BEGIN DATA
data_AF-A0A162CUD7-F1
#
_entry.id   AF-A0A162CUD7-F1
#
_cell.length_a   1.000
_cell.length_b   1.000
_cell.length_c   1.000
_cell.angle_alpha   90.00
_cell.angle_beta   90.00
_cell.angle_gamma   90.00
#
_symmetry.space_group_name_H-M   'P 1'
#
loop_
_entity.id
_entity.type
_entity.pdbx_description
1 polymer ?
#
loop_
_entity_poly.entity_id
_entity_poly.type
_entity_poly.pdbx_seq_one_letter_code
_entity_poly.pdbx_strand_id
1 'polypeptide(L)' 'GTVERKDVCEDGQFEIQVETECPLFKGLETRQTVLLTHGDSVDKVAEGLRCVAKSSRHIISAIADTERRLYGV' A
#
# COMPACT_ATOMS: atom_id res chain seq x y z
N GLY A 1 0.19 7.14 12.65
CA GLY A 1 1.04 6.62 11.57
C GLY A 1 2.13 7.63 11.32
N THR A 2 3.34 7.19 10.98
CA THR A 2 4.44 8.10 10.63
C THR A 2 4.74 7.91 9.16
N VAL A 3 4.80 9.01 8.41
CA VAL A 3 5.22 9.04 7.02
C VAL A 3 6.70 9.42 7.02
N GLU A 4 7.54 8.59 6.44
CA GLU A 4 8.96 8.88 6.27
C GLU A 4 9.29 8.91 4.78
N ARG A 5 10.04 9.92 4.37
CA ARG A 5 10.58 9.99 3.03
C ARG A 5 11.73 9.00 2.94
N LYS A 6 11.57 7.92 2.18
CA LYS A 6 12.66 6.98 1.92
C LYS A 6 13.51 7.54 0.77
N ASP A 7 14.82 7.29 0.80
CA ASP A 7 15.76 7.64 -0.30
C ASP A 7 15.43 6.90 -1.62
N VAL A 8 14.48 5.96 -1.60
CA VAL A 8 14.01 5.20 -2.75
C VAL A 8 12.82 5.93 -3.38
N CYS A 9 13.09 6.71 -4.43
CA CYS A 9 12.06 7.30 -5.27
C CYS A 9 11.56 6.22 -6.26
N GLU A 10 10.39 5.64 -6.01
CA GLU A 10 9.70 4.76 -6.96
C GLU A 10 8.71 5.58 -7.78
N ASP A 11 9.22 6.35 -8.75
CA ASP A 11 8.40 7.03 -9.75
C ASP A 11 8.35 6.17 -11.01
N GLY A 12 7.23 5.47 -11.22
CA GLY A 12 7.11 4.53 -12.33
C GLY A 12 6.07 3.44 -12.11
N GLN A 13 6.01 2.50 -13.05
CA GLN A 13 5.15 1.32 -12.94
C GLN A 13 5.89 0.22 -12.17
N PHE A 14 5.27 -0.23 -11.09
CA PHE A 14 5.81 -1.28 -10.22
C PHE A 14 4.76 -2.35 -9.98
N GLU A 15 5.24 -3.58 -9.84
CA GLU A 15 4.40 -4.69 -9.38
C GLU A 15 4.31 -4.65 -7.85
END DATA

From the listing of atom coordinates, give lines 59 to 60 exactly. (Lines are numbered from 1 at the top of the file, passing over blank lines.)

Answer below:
CA ASP A 11 8.40 7.03 -9.75
C ASP A 11 8.35 6.17 -11.01